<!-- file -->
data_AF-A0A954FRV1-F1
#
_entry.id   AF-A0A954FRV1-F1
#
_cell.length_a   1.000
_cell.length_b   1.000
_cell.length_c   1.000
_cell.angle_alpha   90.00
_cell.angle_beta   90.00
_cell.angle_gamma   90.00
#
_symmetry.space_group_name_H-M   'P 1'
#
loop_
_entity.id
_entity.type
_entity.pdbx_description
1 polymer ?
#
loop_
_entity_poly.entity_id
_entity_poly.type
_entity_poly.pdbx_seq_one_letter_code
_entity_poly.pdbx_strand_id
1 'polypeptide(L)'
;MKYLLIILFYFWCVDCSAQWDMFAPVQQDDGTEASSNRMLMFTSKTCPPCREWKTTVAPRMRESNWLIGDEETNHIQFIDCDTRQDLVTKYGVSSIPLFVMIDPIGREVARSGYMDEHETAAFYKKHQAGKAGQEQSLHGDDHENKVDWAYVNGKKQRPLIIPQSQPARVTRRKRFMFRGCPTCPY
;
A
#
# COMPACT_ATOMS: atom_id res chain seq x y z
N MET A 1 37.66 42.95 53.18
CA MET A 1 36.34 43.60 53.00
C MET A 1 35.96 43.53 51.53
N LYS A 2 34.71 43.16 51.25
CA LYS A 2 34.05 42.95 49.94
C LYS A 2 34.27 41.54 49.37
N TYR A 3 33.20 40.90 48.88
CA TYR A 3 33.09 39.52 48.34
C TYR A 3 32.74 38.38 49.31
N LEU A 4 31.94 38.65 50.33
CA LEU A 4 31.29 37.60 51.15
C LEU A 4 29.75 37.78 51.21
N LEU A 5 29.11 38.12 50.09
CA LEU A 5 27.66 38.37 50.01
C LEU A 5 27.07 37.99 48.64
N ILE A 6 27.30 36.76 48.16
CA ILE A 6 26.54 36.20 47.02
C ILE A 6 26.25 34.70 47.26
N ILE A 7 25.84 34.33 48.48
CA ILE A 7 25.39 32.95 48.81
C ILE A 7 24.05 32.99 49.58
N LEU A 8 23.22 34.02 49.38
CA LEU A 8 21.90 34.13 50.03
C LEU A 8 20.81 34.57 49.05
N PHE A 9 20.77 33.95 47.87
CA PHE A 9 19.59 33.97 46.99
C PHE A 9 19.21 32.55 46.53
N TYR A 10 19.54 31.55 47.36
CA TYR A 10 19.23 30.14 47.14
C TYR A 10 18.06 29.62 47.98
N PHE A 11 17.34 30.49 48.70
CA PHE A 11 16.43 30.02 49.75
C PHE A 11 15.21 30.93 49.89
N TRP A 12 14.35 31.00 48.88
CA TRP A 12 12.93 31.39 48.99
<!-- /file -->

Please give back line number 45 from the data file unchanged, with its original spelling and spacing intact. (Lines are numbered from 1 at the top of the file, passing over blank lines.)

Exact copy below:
C LEU A 5 27.07 37.99 48.64